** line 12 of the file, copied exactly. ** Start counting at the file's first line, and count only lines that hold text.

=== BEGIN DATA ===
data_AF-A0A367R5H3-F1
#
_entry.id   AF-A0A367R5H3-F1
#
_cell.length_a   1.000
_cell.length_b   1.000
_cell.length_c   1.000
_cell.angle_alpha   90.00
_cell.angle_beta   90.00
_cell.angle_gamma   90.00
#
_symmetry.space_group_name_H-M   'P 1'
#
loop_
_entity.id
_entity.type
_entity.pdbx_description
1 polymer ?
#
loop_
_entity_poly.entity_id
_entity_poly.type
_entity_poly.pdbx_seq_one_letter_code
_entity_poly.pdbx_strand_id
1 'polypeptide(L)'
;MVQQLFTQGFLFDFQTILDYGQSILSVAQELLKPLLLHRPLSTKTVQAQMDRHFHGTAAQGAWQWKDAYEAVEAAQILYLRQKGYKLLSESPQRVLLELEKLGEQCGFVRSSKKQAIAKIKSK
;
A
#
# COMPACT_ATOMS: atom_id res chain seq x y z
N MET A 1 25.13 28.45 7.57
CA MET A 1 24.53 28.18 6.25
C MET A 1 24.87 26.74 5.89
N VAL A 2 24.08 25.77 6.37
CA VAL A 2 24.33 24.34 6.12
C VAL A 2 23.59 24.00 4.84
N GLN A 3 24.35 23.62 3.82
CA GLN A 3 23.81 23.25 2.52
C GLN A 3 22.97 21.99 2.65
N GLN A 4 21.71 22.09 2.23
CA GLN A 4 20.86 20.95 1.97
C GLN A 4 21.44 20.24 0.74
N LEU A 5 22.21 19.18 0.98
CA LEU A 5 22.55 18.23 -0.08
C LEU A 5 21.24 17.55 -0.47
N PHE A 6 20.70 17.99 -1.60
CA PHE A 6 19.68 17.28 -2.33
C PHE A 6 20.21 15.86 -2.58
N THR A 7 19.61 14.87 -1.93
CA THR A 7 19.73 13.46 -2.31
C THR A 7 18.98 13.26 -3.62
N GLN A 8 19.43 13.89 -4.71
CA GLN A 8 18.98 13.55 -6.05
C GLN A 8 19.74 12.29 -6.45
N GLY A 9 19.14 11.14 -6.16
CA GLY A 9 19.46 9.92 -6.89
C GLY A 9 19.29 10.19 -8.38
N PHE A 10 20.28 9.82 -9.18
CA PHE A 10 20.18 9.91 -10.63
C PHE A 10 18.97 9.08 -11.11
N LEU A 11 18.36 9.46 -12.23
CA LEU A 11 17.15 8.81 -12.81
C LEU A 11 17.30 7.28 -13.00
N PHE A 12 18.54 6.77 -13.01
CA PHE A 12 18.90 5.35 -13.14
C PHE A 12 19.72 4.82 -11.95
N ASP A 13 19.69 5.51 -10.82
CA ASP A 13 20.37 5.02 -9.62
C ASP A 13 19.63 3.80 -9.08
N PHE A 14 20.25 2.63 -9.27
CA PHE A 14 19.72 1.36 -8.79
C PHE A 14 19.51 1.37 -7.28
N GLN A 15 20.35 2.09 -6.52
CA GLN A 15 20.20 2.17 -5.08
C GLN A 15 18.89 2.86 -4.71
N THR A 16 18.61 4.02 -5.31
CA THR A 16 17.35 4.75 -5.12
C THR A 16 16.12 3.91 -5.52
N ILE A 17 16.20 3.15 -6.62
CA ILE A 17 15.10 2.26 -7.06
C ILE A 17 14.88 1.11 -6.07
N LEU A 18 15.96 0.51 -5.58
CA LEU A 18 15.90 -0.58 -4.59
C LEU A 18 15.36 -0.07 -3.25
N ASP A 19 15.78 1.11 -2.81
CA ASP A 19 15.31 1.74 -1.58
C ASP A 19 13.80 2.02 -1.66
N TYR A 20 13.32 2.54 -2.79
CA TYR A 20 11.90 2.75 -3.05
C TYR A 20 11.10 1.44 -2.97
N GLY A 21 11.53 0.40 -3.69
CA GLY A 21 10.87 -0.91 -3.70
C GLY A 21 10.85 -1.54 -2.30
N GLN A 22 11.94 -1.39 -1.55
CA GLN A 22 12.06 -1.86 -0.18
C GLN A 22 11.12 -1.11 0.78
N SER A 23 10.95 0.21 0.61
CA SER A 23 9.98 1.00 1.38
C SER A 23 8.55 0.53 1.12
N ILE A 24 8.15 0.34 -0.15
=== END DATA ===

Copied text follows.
_symmetry.space_group_name_H-M   'P 1'